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Mae Geddes a real gem at 92

Mae Geddes
Bundaberg Gem and Mineral Club's Mae Geddes has been involved in the local organisation for more than 50 years.

A family holiday to New South Wales more than 50 years ago sparked a fire inside of Mae Geddes which inspired her to spend decades collecting gems and minerals.

Mae, 92, is one of Bundaberg Gem and Mineral Club’s founding members, and she holds treasured memories of the local organisation.

“Since early in the year in 1967 I have been a member, and the club started in 1966 by Bill Moores,” she said.

“Before this time on a family holiday to New South Wales, we stopped at a rock place and this was my first inkling that there were rocks out there that were more valuable than road rocks,” Mae said.

“During my time I have made thousands of pieces, I used to take up 12-foot of space at Gemfairs, and I could fill that space, and more, with all the stuff I had made, from ornaments to novelties and jewellery.

“I can’t do that anymore as age has beat me, but I still enjoy going along to the Gemfair each year.”

Born in Childers and spending her early years growing up at Booyal, Mae said by the time she went to school for the first time, at Gooburrum, she was nearly nine years old, and she believed learning each day helped her with her longevity.  

Now, at 92, age really is no barrier for Mae as she catches a taxi to the Bundaberg Gem Club each week to share her vast knowledge about lapidary and jewellery making with younger members.

Mae Geddes
A family holiday to New South Wales more than 50 years ago sparked a fire inside Mae Geddes which led her on a road of collecting gems and minerals.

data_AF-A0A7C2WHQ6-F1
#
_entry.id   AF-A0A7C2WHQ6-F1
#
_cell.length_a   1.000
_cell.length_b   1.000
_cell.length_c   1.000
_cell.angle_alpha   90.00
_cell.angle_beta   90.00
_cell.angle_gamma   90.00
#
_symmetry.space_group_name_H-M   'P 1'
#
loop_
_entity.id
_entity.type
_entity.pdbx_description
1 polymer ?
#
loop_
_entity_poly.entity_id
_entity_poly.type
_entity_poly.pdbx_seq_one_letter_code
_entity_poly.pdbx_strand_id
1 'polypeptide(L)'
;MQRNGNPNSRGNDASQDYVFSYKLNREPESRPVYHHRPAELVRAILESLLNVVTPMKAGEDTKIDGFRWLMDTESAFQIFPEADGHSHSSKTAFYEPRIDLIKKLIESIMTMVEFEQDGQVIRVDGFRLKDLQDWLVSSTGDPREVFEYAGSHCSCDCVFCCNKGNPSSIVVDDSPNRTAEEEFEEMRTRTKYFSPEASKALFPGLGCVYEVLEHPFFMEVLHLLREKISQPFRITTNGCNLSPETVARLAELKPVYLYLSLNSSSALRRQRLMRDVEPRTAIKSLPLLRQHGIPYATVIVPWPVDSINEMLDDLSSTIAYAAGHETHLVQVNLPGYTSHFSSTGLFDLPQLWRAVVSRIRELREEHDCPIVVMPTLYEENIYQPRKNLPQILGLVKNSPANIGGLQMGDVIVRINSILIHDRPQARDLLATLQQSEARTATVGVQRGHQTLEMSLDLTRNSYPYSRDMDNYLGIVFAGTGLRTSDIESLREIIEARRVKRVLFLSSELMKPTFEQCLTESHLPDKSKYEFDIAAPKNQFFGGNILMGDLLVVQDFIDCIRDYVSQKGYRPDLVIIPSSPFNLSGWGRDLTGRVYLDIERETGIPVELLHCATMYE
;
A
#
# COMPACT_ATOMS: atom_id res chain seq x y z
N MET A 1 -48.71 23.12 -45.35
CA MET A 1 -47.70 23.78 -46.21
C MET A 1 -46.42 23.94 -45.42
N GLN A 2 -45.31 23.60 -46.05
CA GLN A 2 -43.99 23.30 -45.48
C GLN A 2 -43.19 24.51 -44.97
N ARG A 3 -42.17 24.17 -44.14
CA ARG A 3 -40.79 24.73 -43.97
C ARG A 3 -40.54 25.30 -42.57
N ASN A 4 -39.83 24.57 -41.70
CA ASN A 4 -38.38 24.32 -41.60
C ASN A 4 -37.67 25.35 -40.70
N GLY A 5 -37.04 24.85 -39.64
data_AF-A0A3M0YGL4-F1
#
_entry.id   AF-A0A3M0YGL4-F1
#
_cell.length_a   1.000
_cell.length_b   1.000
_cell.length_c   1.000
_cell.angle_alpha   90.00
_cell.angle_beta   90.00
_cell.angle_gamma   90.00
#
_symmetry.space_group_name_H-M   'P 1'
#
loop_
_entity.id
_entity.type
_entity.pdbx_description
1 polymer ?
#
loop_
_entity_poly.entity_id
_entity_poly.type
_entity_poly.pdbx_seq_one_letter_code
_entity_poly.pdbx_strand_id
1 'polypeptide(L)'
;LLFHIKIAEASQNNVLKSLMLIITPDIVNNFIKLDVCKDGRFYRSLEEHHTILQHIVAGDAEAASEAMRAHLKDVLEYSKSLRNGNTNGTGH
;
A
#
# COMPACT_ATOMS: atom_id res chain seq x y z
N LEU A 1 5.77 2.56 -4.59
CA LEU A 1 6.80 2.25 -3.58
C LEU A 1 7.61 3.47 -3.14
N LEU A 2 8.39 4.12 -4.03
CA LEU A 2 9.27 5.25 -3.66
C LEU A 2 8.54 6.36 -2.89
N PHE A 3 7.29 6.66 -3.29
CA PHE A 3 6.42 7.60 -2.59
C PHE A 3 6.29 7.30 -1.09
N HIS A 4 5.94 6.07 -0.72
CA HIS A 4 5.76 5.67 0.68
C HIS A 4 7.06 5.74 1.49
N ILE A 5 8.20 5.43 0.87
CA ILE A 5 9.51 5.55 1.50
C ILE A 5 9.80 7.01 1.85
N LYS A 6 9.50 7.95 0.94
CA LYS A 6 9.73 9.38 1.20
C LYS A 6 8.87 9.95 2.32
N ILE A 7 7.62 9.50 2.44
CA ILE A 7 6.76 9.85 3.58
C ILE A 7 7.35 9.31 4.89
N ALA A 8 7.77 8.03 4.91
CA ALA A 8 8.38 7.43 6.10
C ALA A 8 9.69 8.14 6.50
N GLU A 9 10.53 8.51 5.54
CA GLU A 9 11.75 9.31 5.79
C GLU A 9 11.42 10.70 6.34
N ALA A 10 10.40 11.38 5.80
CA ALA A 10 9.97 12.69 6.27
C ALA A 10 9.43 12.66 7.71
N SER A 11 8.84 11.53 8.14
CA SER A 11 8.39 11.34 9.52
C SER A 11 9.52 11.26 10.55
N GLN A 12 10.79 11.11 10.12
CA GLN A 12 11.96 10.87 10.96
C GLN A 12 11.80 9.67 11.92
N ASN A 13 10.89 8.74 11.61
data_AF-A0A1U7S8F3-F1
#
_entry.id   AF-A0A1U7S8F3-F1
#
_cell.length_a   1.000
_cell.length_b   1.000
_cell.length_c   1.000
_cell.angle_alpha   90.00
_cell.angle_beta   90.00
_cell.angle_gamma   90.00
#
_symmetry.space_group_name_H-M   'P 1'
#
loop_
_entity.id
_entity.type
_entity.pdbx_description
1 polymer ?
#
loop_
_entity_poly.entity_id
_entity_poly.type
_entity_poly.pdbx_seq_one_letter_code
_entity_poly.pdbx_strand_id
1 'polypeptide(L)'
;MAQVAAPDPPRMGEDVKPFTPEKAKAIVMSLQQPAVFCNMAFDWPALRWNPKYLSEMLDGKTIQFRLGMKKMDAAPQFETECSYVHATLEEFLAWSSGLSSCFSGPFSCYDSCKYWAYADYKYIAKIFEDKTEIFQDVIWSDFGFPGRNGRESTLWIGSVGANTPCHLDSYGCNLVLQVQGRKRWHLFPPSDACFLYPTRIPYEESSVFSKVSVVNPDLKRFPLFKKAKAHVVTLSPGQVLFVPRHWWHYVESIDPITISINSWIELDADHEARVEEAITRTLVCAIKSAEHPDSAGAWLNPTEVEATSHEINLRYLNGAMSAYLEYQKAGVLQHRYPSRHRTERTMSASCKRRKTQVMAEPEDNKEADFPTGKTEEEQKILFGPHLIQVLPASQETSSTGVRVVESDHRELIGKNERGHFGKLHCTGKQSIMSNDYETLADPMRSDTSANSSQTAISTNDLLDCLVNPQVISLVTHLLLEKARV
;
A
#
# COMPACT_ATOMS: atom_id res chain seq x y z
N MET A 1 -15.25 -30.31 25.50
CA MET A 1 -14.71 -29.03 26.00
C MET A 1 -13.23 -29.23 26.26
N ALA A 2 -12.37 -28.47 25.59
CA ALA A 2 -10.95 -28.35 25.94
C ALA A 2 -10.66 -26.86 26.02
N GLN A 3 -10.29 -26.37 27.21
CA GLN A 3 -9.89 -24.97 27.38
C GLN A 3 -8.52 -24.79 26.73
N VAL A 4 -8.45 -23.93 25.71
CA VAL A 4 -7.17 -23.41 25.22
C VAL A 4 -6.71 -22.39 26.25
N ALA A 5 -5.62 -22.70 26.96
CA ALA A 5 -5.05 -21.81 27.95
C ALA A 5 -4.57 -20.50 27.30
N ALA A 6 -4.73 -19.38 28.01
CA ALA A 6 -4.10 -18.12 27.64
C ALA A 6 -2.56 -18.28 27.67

“I’ve held every position except president; I’ve been treasurer, vice-president, librarian, secretary but never I’ve never sat in the president's chair as I didn’t aspire to that,” Mae said.

“I only had four years of education, as we lived out in the bush and too far away from school to go.

“My grannie taught me to write – we couldn’t afford paper and pencils, so she put a scarf in a bloodwood tree and got the red sap that leaks out of a bloodwood tree and dissolved it in water.

“She got a sharp stick and taught me to write on the wrappers of the newspaper.

“Now, I try to help people to stop them making the mistakes I made when I was learning about gems and jewellery.

“There are still new rocks being found – so you can always keep learning.”

In the thousands of pieces Mae has made during her time at Bundaberg Gem and Mineral Club, there are a few precious treasures she has had the privilege of creating.

“I made three pieces for my grandchildren’s weddings,” she said.

“For my eldest granddaughter when she got married, I made a comb to hold her hair, but it was nothing compared to the one I made her sister when she got married as she sent me a design.

“I had remarks from people saying ‘whoa, now that’s a piece of jewellery’.

“Then I made a full coronet for my grandson’s wife, and she has had it valued at $1500 – when you know where and what to buy it didn’t cost anything like that to make.”

With her 50-plus years of history making beautiful jewellery and stones, Mae said she was looking forward to attending this year’s Bundaberg Gemfair to see what new items she could find.

Bundaberg Gemfair will be held on 5 and 6 November at Bundaberg Recreational Precinct, for more information click here.

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